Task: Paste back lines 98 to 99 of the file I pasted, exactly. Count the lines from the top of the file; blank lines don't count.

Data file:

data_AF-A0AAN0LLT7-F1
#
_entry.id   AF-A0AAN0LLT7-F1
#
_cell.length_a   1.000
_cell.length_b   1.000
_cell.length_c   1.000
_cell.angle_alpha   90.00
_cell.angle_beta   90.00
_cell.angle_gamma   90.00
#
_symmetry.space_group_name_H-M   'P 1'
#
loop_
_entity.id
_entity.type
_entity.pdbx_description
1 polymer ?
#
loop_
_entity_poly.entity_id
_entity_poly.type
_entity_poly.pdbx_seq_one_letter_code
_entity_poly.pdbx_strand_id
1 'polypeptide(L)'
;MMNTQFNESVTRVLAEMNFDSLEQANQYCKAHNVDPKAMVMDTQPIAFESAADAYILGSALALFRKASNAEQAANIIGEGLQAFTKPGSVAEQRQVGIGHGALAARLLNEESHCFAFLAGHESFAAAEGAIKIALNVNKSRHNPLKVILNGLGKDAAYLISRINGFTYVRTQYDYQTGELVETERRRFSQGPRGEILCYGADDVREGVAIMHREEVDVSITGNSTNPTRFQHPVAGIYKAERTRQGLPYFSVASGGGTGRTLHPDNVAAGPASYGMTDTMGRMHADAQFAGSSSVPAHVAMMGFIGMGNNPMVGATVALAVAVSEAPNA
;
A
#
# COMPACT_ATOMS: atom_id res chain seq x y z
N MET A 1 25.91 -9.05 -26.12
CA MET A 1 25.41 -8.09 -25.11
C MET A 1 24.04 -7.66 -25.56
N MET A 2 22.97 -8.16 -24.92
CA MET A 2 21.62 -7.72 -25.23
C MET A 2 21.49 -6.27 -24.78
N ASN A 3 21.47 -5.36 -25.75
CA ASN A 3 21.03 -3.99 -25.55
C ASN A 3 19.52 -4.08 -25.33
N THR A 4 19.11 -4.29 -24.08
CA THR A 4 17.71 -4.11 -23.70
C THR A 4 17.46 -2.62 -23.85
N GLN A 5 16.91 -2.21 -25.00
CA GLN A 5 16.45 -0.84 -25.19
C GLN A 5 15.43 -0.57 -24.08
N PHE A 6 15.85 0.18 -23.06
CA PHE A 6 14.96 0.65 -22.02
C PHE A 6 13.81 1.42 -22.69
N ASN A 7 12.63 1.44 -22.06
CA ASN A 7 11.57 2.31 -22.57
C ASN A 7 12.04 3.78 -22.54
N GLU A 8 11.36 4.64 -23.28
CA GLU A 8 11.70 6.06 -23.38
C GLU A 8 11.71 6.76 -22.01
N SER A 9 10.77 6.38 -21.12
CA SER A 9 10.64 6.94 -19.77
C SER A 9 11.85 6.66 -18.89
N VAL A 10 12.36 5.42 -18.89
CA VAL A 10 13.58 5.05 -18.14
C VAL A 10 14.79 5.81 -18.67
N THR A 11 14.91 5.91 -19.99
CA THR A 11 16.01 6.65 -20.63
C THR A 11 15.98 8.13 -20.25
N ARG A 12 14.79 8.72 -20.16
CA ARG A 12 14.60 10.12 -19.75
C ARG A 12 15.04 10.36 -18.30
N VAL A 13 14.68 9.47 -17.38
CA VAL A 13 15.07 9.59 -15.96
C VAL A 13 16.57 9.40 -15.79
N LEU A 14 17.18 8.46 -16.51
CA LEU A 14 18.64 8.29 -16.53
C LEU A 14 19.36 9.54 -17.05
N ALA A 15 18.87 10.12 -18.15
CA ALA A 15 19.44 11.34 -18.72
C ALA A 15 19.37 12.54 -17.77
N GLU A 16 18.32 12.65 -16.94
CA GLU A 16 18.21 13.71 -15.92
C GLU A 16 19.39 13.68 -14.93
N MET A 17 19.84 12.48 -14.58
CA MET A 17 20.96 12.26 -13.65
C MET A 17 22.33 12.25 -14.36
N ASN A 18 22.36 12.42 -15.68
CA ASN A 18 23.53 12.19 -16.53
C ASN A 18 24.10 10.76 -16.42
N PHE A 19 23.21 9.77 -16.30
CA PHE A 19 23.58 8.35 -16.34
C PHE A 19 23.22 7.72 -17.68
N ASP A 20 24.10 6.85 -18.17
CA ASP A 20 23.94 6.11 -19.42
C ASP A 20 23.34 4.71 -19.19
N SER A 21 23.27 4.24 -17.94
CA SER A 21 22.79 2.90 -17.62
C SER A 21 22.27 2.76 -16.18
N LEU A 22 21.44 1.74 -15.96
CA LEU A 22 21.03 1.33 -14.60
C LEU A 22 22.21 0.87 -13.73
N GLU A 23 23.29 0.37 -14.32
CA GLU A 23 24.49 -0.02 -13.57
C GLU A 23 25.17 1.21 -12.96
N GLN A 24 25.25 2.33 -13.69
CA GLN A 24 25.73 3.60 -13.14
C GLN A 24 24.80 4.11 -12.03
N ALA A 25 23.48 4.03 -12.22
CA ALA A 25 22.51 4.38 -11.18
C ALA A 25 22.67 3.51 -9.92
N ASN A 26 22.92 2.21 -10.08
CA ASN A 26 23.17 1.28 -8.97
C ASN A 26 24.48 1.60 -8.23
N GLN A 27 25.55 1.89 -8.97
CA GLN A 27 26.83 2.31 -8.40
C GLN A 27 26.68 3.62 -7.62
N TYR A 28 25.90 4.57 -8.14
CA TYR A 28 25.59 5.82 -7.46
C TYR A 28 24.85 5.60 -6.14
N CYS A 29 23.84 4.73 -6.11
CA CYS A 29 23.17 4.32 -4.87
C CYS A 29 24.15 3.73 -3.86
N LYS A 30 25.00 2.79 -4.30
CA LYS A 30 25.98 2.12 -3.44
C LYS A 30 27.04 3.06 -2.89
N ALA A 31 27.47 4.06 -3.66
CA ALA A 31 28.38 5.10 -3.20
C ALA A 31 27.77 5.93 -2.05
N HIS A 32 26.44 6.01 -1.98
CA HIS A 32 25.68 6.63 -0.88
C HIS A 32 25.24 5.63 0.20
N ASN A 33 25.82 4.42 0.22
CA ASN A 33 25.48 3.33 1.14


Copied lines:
CA GLU A 23 24.49 -0.02 -13.57
C GLU A 23 25.17 1.21 -12.96